A Solid Fiscal-Cliff Plan

As Republicans and Democrats continue to bicker about spending and taxes, the Onion has stepped in with an excellent plan for averting a fiscal crisis:

STEP ONE: Eliminate school breakfast and lunch programs, Medicaid, the Consumer Product Safety Commission, the Environmental Protection Agency, Medicare, PBS, New Mexico, elk, the Coast Guard, and all dams.

And, our favorite, Step Three:

STEP THREE: Eliminate federal prison system by converting U.S. territory of Guam into an unsupervised penal colony known as “The Gauntlet.”

Steve Nations

Step Four: Create a reality TV show called "The Gauntlet" and sell the rights to the highest bidder for a gazillion dollars.


My favorite is step 8
" Increase special interest loopholes and tax deductions for The Onion."

It epitomizes a very common complaint whenever the discussion gets down to details. Cut everywhere except when it affects me.

Eric M. Jones.

When I was growing up the New York Times, Walter Cronkite had a grip on the truth. Now the Onion and John Stewart are the voice of sanity. It used to be that quoting "Government Figures" would settle any bar bet....now, not so much.

Pat Smith

I have never understood the lunch programs. My nearest major metropolitan area reports 86% free lunches in their district. First, I have a hard time believing 86% of parents would let their children go hungry. Secondly, if we're going to have such an accessible program, why not make it 100%? That is, I suspect feeding the remaining 14% is cheaper than all the paperwork and administration the program.

Joe Dokes


I think you underestimate the level of poverty in this country. As individuals we tend to think everyone is like us, they're not. If school lunches were eliminated most parents would make the sacrifices necessary to ensure that their child was well fed. As a parent I would sacrifice my own health to ensure that my child was well fed. That being said, I had friends growing up who would have gone hungry if not for the free lunch and breakfast offered by these programs.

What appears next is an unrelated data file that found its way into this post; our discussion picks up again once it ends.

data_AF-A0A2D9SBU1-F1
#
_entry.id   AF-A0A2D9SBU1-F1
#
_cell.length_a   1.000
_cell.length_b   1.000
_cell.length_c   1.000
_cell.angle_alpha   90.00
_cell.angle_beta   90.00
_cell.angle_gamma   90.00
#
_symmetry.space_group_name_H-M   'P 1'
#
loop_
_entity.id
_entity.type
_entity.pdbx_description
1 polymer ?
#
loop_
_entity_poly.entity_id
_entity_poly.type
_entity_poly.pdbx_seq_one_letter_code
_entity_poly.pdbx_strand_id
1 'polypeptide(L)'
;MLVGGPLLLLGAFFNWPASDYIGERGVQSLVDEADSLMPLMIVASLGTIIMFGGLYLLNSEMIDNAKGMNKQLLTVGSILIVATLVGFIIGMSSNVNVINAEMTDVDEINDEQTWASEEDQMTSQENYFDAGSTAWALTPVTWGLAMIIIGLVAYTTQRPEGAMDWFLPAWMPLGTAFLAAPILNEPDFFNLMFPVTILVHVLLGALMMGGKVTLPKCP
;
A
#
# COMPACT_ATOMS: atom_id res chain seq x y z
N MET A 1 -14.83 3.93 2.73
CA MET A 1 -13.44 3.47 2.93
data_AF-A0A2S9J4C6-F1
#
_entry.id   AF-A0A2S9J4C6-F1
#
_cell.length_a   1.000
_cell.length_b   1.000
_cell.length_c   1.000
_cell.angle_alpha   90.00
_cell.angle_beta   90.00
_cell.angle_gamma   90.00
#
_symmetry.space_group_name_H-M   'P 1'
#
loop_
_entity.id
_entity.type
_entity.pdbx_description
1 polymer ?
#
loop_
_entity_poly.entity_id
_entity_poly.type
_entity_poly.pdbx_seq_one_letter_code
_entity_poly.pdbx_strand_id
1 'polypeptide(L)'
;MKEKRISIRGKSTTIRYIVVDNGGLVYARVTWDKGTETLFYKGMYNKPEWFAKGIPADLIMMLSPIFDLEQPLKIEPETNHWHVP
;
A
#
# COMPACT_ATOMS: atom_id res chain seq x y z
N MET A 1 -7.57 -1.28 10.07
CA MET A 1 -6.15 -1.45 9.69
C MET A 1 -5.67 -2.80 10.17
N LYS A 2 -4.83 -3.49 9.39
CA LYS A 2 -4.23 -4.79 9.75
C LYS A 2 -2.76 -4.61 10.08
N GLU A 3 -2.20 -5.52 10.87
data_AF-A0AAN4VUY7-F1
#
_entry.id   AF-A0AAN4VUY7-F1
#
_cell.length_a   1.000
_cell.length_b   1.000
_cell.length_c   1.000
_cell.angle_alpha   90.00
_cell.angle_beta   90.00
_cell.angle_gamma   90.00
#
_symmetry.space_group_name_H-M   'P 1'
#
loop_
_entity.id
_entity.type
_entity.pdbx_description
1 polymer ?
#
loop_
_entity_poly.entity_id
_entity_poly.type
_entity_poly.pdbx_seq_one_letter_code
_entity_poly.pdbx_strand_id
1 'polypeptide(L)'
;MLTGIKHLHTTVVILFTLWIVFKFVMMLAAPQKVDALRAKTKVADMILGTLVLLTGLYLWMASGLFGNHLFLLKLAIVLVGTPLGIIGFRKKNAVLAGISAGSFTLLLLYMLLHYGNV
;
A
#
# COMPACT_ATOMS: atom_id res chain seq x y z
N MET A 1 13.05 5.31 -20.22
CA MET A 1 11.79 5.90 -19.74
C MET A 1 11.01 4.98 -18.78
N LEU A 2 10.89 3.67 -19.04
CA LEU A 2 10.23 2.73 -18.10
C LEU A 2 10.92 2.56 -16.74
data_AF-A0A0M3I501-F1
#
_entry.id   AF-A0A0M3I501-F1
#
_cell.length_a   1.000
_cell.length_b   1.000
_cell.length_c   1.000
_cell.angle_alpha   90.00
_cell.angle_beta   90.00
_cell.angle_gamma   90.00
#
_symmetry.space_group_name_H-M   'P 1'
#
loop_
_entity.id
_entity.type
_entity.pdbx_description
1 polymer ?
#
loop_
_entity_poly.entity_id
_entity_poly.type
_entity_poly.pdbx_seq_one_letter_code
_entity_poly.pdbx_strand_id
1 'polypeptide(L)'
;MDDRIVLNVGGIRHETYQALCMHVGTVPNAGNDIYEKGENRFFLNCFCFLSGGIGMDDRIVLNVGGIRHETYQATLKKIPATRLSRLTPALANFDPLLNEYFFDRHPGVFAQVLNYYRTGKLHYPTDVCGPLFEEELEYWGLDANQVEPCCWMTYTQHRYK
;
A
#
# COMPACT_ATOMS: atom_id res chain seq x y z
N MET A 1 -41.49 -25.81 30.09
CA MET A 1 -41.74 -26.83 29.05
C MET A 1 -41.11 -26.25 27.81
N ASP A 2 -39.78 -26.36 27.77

Yes there is waste in government and the school lunch program could be improved, but contrary to popular opinion the vast majority of children who receive the program are truly in need. Finally, it would be against federal law to allow all students to get a free lunch, as the law requires proof of need. Thus, while it might be 'cheaper' to offer free lunch for all on some high poverty campuses, federal law forbids it.


Joe Dokes



I don't think the Onion is very good at fact checking. The populations of Iowa and Minnesota are less than 3% of the US population including adults. However it might not be a bad idea to send all teenagers to Guam.


Step one is actually pretty standard rhetoric for Ron Paul-ites;

Here is a link where Paul advocates eliminating Medicare and Medicaid:

Here is him on eliminating the EPA:

Here is him voting against the CPSC's online database:

Here is his son proposing to slash CPSC funding:

For libertarians, there is little in Step one, besides the obvious joke bits (New Mexico, elk, all dams) that they would actually disagree with.



As opposed to the Democrats and Republicans, who only offer to slow down the rate of increase, with very little practical difference between them.


I think the best solution to the fiscal cliff is to increase taxes to placate the democrats, but then offer businesses the ability to avoid the tax increase or perhaps an additional portion of their taxes for hiring new workers in the coming year by permitting a tax credit for new hires (this should placate the GOP). The way out of this mess is to get people employed. By businesses hiring more workers it will stimulate demand. At the same time it will take workers off the welfare rolls, and those workers will also pay taxes. I can find some issues with this, but I think this plan is a lot better than the current face off of raise taxes and cut spending, which does not deal with the recessionary pressures at all. Perhaps we need to do all of the above, but the current debate flies in the face of Keynesian economics. We all know politicians are Keynesian till it comes to saving in the good times and setting aside rainy day funds.